There is nothing that actually supports the value of humiliation, abuse, embarrassment, exploitation or terror as a positive source of bonding, motivation or future performance. There is nothing to be found that suggests that any positive organizational metric is associated with the countenance of bullying or negative hazing. There is no literature that says being screamed at, called names, threatened, publicly criticized or having things thrown in your direction make you a better employee. Rather, what emerges when we look at these patterns is a terrible dose of inadequate leadership, lazy ethics and a dull acceptance of the status quo. This is where the work of combating bullying needs to focus. It is well established that engagement and a sense of safety and dignity go a long way towards creating innovative, creative and productive employees, whether it is in pro sports or the corporate world. To all of the organizations that say that this behavior is unacceptable, I issue the following challenge; make bullying behavior a toxin to success. Make it clear by your words and actions that bullying behavior will block even a super star from further rewards, including promotion. Expand your harassment policies to include non-protected class bullying and charge the folks at your highest level with promoting those policies and walking the talk. Protect your whistle blowers and recognize that crawling out under the crushing weight of abuse to report it is an act of profound courage and bravery. Live up to those lofty mission statements that always include “respect” and “dignity.”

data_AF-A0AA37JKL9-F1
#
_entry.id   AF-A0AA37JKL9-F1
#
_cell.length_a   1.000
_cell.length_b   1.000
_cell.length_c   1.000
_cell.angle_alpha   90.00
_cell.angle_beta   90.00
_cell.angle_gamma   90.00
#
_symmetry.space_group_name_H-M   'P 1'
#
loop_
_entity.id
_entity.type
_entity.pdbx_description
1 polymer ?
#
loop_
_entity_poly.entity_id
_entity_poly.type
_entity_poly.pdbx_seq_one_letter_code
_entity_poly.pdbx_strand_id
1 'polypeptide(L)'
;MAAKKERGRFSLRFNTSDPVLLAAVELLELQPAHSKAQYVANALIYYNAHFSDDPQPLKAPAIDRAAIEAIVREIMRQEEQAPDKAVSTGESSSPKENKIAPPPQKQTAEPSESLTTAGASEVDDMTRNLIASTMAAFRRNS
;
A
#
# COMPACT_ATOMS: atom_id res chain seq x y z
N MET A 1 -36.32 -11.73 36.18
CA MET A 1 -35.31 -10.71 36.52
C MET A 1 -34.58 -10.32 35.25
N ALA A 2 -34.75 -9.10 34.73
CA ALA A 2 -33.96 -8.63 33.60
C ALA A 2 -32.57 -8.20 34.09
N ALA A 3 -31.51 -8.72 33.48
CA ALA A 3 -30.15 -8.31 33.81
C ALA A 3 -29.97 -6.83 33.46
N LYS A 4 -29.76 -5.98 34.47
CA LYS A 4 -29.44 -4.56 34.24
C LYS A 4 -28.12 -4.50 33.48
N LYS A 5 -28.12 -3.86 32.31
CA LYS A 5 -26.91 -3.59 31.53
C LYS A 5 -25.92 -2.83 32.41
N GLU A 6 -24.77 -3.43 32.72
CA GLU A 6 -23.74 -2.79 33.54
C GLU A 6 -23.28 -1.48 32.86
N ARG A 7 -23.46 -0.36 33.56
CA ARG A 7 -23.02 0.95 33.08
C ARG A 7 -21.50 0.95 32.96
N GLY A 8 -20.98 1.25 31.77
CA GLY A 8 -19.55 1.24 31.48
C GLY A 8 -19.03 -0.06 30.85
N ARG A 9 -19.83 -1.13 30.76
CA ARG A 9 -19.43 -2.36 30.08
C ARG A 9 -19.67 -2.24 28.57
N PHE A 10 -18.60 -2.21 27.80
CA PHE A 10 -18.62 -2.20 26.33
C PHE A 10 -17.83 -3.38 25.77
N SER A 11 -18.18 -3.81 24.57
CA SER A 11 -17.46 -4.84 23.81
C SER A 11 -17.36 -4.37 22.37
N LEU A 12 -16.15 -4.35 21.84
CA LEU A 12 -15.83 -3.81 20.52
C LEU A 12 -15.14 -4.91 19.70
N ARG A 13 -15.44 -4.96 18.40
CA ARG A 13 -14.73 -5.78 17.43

The next big thing? A hard stop on bullying. A commitment to a culture where we name it and we rush to support it’s targets. A decision, collectively and organizationally that it really is as old and useless as a canister of DDT. It’s a poison we can all now condemn and replace with smarter, safer alternatives.
For those not in the know, there is a bill floating around that would bring US states to the level of civility of most other first world nations. The Healthy Workplace Bill has been introduced in 23 states and passed in none. While opponents continue to throw out arguments that it is vague and bad for business, it is clear the law’s time has come. It is time for a hard stop, and if the law can help, it should.